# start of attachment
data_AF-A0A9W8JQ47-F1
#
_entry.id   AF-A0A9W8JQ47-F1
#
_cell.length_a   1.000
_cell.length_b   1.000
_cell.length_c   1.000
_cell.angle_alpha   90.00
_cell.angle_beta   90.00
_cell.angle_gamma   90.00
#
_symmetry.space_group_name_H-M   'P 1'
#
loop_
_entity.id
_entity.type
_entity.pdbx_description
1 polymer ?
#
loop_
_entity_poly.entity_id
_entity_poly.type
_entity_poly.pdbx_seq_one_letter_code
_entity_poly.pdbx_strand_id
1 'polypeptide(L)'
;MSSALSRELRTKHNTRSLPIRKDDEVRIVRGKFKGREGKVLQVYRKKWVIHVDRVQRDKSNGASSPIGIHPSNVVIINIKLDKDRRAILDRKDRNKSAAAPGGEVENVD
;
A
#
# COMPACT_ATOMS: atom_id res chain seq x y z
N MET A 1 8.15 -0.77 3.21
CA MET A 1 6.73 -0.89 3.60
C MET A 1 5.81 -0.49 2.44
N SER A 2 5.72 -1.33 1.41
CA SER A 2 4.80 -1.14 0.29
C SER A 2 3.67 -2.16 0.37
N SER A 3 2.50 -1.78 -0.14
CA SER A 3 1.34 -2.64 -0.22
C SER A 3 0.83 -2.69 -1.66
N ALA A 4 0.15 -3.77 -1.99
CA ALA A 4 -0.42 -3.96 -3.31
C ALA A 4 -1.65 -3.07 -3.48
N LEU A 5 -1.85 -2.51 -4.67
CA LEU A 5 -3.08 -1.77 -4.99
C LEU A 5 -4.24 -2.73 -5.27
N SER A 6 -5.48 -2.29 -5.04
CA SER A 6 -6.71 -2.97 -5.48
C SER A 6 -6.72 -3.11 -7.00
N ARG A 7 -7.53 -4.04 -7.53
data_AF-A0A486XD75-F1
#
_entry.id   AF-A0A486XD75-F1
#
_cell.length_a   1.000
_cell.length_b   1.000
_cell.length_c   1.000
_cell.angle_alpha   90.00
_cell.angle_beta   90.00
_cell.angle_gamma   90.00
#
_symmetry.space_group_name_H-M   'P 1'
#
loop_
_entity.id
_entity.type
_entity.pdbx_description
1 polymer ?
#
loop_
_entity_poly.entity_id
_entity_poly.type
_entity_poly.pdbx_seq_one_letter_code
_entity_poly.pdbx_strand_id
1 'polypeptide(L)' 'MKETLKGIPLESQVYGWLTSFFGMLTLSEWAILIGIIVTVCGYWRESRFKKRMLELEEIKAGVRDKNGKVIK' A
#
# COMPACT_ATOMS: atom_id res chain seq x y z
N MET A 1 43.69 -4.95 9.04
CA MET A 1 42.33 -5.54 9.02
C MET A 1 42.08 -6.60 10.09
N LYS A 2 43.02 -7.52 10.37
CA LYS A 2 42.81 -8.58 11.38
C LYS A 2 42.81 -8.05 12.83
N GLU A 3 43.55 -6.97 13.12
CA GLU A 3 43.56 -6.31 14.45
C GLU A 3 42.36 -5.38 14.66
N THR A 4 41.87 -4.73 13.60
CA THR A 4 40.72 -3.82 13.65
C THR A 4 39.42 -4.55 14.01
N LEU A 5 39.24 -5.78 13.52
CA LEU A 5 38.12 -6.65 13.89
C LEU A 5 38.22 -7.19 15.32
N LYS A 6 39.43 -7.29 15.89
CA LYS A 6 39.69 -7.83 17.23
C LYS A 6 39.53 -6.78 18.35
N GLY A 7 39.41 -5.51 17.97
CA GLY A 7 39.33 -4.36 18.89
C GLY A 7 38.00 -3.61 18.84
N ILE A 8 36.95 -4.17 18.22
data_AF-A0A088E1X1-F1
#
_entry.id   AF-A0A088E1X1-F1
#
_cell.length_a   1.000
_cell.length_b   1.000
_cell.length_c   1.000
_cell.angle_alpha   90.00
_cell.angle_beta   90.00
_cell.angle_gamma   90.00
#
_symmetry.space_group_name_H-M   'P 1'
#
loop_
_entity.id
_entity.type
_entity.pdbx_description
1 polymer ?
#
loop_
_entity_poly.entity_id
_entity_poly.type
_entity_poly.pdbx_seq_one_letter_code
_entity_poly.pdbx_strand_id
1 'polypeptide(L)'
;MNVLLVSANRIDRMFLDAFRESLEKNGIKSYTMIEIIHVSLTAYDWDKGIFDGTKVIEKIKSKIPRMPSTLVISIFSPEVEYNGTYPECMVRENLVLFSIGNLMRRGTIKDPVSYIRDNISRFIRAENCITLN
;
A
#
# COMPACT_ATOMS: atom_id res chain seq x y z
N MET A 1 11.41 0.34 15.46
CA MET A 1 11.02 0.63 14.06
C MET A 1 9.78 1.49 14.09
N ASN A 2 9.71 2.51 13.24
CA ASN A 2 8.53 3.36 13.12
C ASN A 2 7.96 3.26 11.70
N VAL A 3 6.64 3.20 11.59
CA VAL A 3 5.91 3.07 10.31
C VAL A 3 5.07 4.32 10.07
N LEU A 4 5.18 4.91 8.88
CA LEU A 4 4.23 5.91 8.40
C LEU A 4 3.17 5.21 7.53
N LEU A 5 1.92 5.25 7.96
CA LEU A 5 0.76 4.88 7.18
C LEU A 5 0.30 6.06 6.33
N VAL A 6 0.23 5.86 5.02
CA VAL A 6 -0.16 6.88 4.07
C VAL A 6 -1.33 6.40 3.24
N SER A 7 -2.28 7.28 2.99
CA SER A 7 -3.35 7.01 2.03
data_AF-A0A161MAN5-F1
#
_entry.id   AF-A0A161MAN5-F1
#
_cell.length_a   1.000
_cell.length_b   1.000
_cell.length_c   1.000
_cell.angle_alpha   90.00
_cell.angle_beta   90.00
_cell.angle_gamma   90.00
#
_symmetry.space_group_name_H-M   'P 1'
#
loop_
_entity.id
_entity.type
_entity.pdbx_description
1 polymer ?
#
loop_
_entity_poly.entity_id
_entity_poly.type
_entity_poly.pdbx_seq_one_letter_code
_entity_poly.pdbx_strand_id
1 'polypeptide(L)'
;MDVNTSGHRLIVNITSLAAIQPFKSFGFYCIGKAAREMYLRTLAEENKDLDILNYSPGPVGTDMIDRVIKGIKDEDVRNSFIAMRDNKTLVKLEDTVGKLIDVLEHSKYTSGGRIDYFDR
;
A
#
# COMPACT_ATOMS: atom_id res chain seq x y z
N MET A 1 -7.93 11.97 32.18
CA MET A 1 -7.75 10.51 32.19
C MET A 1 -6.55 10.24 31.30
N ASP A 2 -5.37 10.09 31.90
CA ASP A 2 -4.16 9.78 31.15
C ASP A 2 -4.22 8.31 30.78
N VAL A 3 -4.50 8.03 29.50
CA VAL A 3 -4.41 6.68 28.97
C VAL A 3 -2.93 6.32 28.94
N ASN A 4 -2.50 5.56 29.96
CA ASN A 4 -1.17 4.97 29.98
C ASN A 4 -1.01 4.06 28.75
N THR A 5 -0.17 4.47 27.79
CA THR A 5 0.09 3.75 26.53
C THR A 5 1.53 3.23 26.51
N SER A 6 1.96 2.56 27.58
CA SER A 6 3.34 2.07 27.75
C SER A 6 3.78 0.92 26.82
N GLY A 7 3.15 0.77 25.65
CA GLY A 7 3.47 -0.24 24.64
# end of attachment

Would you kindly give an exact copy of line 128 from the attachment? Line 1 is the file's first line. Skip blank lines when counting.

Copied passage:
# COMPACT_ATOMS: atom_id res chain seq x y z